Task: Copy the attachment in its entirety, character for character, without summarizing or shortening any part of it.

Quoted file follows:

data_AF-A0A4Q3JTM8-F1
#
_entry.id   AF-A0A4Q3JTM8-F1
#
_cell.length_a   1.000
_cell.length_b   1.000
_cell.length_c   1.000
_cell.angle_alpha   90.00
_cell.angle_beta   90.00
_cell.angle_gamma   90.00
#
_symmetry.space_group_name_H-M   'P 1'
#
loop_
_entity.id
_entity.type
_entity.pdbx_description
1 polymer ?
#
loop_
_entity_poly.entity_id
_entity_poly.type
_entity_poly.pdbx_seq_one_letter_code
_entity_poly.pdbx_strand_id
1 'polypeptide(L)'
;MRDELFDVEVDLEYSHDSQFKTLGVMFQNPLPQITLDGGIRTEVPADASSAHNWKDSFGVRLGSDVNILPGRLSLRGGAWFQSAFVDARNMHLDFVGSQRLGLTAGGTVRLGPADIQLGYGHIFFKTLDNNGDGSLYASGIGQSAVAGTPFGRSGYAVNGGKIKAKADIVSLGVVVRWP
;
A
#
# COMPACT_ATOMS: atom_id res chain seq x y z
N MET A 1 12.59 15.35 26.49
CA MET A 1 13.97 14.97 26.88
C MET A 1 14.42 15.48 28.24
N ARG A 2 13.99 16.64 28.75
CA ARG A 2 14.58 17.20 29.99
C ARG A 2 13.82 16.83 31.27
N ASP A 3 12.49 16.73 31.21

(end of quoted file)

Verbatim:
data_AF-A0A4Q3JTM8-F1
#
_entry.id   AF-A0A4Q3JTM8-F1
#
_cell.length_a   1.000
_cell.length_b   1.000
_cell.length_c   1.000
_cell.angle_alpha   90.00
_cell.angle_beta   90.00
_cell.angle_gamma   90.00
#
_symmetry.space_group_name_H-M   'P 1'
#
loop_
_entity.id
_entity.type
_entity.pdbx_description
1 polymer ?
#
loop_
_entity_poly.entity_id
_entity_poly.type
_entity_poly.pdbx_seq_one_letter_code
_entity_poly.pdbx_strand_id
1 'polypeptide(L)'
;MRDELFDVEVDLEYSHDSQFKTLGVMFQNPLPQITLDGGIRTEVPADASSAHNWKDSFGVRLGSDVNILPGRLSLRGGAWFQSAFVDARNMHLDFVGSQRLGLTAGGTVRLGPADIQLGYGHIFFKTLDNNGDGSLYASGIGQSAVAGTPFGRSGYAVNGGKIKAKADIVSLGVVVRWP
;
A
#
# COMPACT_ATOMS: atom_id res chain seq x y z
N MET A 1 12.59 15.35 26.49
CA MET A 1 13.97 14.97 26.88
C MET A 1 14.42 15.48 28.24
N ARG A 2 13.99 16.64 28.75
CA ARG A 2 14.58 17.20 29.99
C ARG A 2 13.82 16.83 31.27
N ASP A 3 12.49 16.73 31.21